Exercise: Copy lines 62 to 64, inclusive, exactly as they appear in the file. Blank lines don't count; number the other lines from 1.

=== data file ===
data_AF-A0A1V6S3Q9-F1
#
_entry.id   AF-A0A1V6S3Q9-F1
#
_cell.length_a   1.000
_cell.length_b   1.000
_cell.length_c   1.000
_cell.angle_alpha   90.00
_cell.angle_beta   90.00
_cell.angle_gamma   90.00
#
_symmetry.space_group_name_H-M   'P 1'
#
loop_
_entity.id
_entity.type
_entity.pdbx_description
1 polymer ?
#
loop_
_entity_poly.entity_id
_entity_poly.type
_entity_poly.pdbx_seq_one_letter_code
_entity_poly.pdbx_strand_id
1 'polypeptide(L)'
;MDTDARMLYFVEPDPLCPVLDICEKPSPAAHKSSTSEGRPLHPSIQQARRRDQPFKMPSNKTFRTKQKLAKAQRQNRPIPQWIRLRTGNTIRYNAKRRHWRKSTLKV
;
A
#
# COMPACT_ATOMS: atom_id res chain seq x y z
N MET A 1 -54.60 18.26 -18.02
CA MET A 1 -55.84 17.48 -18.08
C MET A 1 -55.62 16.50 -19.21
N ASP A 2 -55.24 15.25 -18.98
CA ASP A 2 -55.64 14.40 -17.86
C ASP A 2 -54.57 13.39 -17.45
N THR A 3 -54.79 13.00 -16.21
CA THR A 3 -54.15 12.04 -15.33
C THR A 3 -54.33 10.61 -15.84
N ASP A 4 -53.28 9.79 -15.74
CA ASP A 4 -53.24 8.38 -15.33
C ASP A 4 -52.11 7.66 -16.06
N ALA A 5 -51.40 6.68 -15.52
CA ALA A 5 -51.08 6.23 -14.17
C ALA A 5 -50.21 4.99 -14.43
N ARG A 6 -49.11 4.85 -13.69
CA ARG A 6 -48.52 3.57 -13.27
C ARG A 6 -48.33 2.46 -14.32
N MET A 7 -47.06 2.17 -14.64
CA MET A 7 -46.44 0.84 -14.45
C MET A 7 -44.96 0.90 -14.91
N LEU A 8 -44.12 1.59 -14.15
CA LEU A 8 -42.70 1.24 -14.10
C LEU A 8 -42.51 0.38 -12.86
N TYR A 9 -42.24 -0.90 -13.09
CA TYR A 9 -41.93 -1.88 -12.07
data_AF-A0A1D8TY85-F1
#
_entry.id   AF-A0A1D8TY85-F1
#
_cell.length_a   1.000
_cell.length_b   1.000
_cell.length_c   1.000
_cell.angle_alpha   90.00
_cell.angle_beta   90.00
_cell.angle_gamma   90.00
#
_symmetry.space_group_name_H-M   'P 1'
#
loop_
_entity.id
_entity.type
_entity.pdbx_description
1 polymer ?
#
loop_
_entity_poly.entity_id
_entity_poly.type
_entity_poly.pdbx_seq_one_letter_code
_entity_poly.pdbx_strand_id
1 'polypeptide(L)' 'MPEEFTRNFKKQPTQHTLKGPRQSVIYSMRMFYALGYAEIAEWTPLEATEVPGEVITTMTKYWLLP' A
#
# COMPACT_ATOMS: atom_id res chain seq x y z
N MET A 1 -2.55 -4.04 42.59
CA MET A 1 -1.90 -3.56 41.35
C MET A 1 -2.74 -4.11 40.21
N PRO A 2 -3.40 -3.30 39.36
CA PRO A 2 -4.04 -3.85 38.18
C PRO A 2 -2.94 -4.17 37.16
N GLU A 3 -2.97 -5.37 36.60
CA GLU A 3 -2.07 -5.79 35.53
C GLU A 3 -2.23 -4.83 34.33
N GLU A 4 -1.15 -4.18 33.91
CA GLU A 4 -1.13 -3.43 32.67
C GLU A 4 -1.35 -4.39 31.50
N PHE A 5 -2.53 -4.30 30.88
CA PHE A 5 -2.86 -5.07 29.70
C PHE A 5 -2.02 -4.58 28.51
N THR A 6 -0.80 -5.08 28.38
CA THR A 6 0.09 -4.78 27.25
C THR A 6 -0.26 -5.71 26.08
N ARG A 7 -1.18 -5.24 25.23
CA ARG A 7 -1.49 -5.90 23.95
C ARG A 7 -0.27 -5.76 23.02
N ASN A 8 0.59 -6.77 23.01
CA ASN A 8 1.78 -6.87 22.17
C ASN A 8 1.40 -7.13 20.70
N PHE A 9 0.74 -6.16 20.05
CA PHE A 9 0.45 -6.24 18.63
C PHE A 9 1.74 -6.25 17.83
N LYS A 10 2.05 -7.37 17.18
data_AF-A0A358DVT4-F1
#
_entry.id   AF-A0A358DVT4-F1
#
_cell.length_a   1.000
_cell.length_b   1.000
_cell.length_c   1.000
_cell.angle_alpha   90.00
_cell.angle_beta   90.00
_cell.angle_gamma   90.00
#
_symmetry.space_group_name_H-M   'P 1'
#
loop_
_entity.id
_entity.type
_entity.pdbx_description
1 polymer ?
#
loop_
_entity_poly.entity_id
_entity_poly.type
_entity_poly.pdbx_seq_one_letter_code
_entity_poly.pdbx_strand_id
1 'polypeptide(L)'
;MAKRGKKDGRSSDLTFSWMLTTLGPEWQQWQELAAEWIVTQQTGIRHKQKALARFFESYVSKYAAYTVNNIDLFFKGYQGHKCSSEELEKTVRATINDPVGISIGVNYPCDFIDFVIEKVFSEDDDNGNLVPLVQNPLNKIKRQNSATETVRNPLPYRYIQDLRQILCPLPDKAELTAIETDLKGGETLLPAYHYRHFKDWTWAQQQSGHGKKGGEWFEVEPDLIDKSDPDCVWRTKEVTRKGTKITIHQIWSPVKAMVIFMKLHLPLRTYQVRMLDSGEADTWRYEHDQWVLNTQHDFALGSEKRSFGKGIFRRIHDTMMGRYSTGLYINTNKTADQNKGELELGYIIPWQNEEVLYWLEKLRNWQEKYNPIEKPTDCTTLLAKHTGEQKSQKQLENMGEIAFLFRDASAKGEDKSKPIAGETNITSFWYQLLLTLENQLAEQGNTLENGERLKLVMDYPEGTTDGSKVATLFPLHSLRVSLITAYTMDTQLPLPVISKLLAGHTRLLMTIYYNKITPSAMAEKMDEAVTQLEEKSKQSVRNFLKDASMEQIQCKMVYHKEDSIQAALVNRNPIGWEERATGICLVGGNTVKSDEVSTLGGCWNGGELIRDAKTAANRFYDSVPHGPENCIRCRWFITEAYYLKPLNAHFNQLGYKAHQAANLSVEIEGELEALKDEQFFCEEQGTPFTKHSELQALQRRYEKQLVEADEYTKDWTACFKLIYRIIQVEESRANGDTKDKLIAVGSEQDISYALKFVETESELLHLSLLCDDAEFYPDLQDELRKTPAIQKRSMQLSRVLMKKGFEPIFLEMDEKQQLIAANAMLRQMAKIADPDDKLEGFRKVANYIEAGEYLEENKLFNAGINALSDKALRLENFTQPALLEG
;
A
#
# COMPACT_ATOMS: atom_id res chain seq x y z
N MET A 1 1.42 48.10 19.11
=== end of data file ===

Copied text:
_cell.length_b   1.000
_cell.length_c   1.000
_cell.angle_alpha   90.00